On this day in 1966 Bertie Mee became Arsenal manager.
Since the passing of Herbert Chapman all the Arsenal managers (Joe Shaw, George Allison, Tom Whittaker, Jack Crayston and George Swindin) had been men closely associated with the club. But with neither Crayston nor Swindin being able to emulate the triumphs of their predecessors, the club had turned to an outsider, Billy Wright, with disastrous results.
So now they returned to the old ways and sought to repeat the success of Tom Whittaker by promoting the club’s physiotherapist.
And just as with Tom Whittaker, the plan worked for a while. Bertie Mee brought Arsenal its first European trophy, as well as the first league and cup double, but quickly after that the success faded away and within a few seasons Arsenal were flirting seriously with relegation.
And although Mee is remembered now as the man who brought Arsenal its first European success and its first double, he had followed this up with a vision of football clubs being in decline, and spoke openly of reducing the first team squad to 18 players, and abandoning the two youth teams totally.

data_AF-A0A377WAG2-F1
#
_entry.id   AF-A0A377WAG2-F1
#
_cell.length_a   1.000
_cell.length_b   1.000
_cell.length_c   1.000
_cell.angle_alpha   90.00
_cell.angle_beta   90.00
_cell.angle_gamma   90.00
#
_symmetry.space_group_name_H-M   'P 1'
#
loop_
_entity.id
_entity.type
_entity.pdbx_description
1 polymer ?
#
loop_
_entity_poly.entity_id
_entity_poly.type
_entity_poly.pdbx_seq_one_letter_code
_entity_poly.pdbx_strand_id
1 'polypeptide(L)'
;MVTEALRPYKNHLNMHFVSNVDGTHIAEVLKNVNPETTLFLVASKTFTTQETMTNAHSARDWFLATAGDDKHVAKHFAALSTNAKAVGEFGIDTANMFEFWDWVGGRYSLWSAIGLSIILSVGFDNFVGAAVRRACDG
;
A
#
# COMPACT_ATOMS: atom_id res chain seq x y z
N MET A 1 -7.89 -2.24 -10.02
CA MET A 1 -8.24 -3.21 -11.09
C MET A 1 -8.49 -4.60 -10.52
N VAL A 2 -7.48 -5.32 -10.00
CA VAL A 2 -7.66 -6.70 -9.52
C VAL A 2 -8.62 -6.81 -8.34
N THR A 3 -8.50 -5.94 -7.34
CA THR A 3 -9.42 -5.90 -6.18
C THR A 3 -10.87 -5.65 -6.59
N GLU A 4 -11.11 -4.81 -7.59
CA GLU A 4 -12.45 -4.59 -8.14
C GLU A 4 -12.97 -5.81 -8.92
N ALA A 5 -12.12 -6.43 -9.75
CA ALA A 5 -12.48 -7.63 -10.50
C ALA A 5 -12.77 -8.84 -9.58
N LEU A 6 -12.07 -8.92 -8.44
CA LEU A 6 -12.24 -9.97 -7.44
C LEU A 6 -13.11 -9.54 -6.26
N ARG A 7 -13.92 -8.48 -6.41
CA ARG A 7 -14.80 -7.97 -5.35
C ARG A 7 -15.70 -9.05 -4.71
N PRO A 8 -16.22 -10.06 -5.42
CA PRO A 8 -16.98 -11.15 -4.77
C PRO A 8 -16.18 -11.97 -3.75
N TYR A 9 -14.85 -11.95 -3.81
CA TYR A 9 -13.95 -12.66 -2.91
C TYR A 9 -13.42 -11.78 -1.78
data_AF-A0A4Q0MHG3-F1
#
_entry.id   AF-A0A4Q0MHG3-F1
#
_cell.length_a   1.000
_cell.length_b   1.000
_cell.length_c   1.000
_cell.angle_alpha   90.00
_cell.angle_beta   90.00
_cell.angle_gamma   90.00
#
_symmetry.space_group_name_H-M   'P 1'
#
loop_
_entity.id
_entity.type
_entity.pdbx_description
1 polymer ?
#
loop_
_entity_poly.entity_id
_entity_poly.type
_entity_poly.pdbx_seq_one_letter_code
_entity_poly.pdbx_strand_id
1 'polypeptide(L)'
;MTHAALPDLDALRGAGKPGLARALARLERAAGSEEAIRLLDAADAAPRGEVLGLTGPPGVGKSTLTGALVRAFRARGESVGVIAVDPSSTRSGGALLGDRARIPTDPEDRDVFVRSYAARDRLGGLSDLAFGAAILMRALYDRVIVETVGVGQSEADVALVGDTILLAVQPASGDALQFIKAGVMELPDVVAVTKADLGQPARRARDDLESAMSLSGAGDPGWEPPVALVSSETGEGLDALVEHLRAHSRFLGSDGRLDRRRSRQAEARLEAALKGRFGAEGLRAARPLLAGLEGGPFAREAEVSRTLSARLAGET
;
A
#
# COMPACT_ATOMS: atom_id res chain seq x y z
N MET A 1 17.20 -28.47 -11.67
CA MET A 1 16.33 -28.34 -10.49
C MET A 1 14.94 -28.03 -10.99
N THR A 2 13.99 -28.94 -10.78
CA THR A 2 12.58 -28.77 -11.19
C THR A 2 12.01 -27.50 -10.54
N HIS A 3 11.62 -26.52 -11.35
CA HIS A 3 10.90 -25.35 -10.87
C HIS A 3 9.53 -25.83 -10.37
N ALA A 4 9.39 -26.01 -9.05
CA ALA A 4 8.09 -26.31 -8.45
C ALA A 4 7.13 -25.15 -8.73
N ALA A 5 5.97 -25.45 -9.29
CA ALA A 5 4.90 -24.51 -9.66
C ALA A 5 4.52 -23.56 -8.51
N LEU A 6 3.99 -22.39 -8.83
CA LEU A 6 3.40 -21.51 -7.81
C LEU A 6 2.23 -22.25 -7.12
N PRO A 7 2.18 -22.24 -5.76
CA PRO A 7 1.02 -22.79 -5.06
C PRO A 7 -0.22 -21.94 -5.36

Tom Whittaker had delivered two league titles and one FA cup, exactly the same as Herbert Chapman and George Allison. And Mee’s initial success was greatly encouraging. But then the rot set in, as his policy of army type discipline as a method of running a football club fell apart.
Even with his early triumphs, his overall win rate only climbed up to 44.71% – even Terry Neill managed to beat that. And yet despite the decline which saw Arsenal flirting with relegation he lasted ten years in the club and his 539 games in charge was only beaten by Arsene Wenger.
His win rate of 44.71% was the worst of all the long-term managers except George Morrell and Leslie Knighton.
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